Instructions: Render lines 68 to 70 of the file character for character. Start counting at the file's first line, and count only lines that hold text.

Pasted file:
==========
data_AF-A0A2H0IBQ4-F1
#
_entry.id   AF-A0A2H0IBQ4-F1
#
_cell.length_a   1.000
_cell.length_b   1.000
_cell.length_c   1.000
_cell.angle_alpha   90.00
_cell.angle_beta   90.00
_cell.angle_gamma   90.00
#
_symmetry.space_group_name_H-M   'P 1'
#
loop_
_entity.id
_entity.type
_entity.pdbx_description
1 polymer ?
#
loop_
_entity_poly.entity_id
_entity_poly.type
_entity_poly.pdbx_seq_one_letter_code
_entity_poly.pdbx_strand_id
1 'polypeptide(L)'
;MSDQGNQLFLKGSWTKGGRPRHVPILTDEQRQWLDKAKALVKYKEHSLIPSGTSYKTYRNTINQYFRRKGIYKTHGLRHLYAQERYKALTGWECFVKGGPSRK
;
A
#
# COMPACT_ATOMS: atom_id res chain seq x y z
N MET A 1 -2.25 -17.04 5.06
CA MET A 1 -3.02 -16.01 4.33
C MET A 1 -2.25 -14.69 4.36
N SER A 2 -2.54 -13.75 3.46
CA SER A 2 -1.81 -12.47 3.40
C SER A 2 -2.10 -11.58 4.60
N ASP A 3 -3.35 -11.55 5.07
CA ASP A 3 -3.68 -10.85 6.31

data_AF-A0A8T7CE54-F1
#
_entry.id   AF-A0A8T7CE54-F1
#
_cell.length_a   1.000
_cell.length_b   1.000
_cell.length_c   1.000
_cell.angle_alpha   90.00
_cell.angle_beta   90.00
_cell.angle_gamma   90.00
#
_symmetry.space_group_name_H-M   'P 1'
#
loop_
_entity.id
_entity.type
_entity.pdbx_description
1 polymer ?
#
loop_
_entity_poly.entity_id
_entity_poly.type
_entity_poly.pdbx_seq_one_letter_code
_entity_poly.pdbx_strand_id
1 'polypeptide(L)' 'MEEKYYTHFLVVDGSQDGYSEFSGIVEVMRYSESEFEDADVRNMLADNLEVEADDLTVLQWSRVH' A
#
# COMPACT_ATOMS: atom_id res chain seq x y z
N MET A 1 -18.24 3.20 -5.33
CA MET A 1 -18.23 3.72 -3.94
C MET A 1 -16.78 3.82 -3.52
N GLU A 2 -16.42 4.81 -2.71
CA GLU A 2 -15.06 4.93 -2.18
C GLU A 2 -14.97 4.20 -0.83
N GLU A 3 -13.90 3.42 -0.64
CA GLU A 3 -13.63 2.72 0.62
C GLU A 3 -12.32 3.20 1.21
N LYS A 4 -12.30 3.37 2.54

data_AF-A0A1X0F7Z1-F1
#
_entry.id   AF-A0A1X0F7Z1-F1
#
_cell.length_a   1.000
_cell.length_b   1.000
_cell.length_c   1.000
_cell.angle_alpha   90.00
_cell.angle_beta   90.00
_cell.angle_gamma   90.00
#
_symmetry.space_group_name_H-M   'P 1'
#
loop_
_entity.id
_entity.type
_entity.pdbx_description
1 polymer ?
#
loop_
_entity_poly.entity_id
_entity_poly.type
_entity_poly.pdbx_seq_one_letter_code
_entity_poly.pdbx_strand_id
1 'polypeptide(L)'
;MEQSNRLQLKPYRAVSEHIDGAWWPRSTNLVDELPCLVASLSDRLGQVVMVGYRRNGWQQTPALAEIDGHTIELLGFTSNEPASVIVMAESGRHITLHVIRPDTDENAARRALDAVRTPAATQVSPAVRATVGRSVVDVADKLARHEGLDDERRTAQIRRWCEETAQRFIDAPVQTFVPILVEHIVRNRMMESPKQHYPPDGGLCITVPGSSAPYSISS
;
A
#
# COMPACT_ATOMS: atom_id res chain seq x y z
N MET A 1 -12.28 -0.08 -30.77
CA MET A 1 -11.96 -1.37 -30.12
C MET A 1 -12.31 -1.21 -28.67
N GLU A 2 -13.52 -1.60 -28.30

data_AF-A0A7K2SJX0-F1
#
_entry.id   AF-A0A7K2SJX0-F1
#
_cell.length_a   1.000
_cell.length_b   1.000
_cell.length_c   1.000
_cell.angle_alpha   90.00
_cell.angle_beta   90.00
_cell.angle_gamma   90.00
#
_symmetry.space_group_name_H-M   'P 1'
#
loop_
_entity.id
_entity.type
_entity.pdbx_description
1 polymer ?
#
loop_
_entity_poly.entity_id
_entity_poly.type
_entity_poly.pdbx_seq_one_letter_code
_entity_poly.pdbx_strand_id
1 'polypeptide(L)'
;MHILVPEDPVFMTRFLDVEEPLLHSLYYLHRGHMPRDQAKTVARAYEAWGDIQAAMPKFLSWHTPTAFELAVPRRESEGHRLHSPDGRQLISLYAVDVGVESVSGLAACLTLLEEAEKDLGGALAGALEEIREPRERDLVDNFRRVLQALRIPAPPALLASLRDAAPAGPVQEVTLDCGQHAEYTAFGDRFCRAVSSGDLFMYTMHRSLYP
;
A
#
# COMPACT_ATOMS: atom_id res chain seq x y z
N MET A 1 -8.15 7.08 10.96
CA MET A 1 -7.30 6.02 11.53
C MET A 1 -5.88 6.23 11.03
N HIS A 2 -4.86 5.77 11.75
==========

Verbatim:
C MET A 1 -16.78 3.82 -3.52
N GLU A 2 -16.42 4.81 -2.71
CA GLU A 2 -15.06 4.93 -2.18